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Research Data Management

Sensitive data

Sensitive data are often confidential as they can be used to identify an individual, species, object, process, or location that introduces a risk of discrimination, harm, or unwanted attention. It can include personal and health/medical data, Indigenous data, ecological data, or commercial-in-confidence data.

Sensitive data is commonly subject to legal and ethical obligations that impose restrictions on how it is accessed, used, and handled. The data often can’t simply be published and made openly accessible.

CARE data principles for Indigenous data

The emphasis on FAIR data principles creates concern for Indigenous Peoples who are asserting greater control over the use of Indigenous data and Indigenous knowledge for collective benefit. The CARE Principles for Indigenous Data Governance are people and purpose-oriented, reflecting the crucial role of data in advancing Indigenous innovation and self-determination. These principles complement the existing FAIR principles encouraging open and other data movements to consider both people and purpose in their advocacy and pursuits.

FAIR (Findable, Accessible, Interoperable, Reusable) and CARE (Collective benefit, Authority to control, Responsibility, Ethics)

CARE data elements


Collective Benefit

Data ecosystems shall be designed and function in ways that enable Indigenous Peoples to derive benefit from the data.

Authority to Control

Peoples’ rights and interests in Indigenous data must be recognised and their authority to control such data be empowered. Indigenous data governance enables Indigenous Peoples and governing bodies to determine how Indigenous Peoples, as well as Indigenous lands, territories, resources, knowledges and geographical indicators, are represented and identified within data.


Those working with Indigenous data have a responsibility to share how those data are used to support Indigenous Peoples’ self-determination and collective benefit. Accountability requires meaningful and openly available evidence of these efforts and the benefits accruing to Indigenous Peoples.


Indigenous Peoples’ rights and wellbeing should be the primary concern at all stages of the data life cycle and across the data ecosystem.

Read more about data involving Aboriginal and Torres Strait Islander peoples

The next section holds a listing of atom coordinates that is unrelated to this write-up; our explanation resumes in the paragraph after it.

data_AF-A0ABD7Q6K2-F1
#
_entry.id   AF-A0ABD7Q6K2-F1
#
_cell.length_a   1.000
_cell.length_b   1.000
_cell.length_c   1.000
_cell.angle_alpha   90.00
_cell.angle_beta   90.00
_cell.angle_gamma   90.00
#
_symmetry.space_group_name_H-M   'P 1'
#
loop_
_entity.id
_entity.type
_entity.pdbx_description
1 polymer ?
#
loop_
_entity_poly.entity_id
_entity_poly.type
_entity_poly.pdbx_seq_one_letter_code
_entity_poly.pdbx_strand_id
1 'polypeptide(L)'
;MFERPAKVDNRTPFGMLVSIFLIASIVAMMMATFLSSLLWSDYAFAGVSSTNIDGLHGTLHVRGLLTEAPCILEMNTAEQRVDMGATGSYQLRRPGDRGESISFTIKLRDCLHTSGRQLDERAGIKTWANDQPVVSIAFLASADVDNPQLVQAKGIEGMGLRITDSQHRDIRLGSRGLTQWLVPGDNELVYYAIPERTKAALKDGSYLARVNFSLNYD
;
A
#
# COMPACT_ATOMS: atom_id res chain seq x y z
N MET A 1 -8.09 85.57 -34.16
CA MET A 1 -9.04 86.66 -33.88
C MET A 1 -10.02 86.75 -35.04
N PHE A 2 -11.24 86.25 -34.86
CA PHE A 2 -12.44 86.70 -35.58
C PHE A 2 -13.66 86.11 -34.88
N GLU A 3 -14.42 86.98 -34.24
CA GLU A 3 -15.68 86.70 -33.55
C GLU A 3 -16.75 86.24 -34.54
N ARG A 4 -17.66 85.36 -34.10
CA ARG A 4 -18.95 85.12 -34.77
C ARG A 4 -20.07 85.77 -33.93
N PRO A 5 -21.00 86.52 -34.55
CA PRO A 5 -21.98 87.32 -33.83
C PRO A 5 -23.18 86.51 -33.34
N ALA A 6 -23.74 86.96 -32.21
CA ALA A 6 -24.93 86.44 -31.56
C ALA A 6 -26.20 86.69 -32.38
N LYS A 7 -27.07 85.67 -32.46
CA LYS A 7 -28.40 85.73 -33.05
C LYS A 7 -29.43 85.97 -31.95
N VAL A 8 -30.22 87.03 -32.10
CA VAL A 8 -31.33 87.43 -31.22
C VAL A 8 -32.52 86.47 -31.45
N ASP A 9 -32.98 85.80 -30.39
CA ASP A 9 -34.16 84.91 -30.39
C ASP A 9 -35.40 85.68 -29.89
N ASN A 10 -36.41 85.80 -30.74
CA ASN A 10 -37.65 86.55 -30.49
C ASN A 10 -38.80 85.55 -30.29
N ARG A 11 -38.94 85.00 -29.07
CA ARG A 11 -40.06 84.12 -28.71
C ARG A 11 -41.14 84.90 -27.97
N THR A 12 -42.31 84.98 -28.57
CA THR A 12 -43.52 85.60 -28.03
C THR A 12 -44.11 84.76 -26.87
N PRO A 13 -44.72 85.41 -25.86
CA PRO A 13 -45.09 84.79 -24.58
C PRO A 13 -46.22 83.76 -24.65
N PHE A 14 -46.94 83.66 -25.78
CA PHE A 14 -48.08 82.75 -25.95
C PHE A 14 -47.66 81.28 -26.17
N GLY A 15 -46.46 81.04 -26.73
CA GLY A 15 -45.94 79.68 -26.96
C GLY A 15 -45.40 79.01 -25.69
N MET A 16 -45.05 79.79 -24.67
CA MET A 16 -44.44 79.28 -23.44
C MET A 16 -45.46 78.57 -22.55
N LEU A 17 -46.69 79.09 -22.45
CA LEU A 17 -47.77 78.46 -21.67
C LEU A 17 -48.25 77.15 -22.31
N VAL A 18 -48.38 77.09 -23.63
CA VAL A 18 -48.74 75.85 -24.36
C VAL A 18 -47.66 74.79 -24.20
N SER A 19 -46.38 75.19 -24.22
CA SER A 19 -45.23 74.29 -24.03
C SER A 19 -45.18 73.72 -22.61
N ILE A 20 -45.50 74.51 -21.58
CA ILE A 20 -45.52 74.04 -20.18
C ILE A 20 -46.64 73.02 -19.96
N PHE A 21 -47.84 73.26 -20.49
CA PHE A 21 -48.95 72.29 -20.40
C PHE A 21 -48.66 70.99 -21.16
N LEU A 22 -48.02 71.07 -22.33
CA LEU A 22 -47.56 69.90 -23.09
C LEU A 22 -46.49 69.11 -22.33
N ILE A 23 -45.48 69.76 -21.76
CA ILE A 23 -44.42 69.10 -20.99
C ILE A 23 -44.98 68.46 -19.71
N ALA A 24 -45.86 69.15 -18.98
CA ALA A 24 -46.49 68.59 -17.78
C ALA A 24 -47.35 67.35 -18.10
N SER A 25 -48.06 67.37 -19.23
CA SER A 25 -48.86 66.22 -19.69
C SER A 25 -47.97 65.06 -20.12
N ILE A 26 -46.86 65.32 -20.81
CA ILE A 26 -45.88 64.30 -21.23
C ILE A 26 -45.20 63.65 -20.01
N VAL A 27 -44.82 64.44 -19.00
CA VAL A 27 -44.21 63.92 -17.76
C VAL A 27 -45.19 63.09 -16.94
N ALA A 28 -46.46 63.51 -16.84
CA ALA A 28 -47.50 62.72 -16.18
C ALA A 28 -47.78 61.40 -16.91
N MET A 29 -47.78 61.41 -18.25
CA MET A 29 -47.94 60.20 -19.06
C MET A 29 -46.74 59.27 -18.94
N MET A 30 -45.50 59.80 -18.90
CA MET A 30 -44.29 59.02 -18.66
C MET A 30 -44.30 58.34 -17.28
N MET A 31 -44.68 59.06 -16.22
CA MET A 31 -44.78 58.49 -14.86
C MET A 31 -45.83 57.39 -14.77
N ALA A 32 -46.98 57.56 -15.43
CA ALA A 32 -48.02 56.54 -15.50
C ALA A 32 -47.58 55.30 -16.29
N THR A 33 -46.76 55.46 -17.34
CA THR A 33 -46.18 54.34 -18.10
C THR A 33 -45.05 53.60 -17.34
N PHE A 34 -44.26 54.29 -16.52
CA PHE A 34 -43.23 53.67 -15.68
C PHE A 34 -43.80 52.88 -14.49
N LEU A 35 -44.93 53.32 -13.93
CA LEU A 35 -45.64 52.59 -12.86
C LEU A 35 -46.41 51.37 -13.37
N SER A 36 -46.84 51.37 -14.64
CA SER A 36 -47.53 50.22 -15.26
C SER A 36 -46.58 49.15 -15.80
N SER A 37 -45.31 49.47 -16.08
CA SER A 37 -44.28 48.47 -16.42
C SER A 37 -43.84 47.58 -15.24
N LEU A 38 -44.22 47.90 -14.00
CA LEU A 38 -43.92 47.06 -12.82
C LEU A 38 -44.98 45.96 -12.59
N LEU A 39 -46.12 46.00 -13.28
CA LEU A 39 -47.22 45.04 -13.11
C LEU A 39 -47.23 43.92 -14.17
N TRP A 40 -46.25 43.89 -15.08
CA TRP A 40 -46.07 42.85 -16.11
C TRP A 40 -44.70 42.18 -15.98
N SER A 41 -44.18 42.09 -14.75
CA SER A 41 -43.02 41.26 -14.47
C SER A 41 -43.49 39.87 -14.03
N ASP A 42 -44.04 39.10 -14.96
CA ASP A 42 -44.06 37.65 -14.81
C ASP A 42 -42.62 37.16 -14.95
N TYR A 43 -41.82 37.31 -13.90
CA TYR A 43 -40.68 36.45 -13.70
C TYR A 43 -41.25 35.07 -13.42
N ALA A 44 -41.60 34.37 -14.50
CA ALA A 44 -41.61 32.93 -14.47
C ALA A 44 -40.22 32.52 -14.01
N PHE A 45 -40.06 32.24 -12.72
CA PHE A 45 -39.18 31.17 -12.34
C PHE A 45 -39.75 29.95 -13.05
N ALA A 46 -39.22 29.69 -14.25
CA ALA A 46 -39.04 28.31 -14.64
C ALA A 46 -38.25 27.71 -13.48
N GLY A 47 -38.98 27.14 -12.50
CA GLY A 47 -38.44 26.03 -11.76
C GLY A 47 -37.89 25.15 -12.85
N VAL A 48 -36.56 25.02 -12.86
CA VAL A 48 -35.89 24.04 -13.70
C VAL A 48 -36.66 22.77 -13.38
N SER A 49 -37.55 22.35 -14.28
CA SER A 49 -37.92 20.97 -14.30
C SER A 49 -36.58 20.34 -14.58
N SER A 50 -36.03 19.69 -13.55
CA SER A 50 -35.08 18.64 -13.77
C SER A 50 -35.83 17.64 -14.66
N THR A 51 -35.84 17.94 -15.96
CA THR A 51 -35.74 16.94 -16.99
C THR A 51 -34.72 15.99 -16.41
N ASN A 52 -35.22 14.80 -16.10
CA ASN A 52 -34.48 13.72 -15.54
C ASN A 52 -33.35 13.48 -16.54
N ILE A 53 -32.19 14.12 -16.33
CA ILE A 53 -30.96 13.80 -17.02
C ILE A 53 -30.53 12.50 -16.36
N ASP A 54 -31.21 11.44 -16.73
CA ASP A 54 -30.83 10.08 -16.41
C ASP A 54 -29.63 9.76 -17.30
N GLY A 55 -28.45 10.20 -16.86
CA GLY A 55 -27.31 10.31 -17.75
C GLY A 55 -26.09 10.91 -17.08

De-identifying sensitive data


De-identified data defines information from which the identifiers about the person have been permanently removed, or where the identifiers have never been included.

De-identification is important because it can make research data sources available to future researchers whilst preserving an individual's privacy

Here are some tips to start your de-identification:

  • Plan de-identification early in the research as part of your data management plan.
  • Make sure the consent process includes the accepted level of anonymity required and clearly states what may and may not be recorded, transcribed, or shared.
  • Retain original unedited versions of data for use within the research team and for preservation.
  • Create a de-identification log of all replacements, aggregations or removals made.
  • Store the log separately from the de-identified data files.
  • Identify replacements in text in a meaningful way, e.g. in transcribed interviews indicate replaced text with [brackets] or use XML markup tags, such as <anon>…..</anon>.
  • For qualitative data (such as transcribed interviews or survey textual answers), use pseudonyms or generic descriptors rather than blanking out information.
  • Digitally manipulate audio and image files to remove identifying information.

Publishing sensitive data

The advantages of publishing your sensitive data will probably outweigh any potential disadvantages when simple and appropriate steps are taken. Sensitive data can often be anonymised and de-identified so that the value of the data collected can be realised without compromising the privacy of the research participants. 

Sensitive data that has been de-identified can be shared, but researchers can also place conditions around access to the published data. The Library can publish a description of your data which means others can discover it and cite it, without making the data itself openly accessible. This is a metadata-only record that can be issued with a DOI ( permanent identifier) if appropriate and made discoverable through the Research Data Australia portal. 

Publishing a metadata-only record increases the visibility of your research, which leads to new collaborations, increased citations, and greater research impact. 

The Australian Research Data Commons provides guidance on when and how to publish sensitive data as openly and ethically as possible

For further information about handling and publishing sensitive data, contact the Library's Research Data Management Consultant.  

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Library guide created by Western Sydney University Library staff is licenced under a Creative Commons Attribution 4.0 International (CC BY)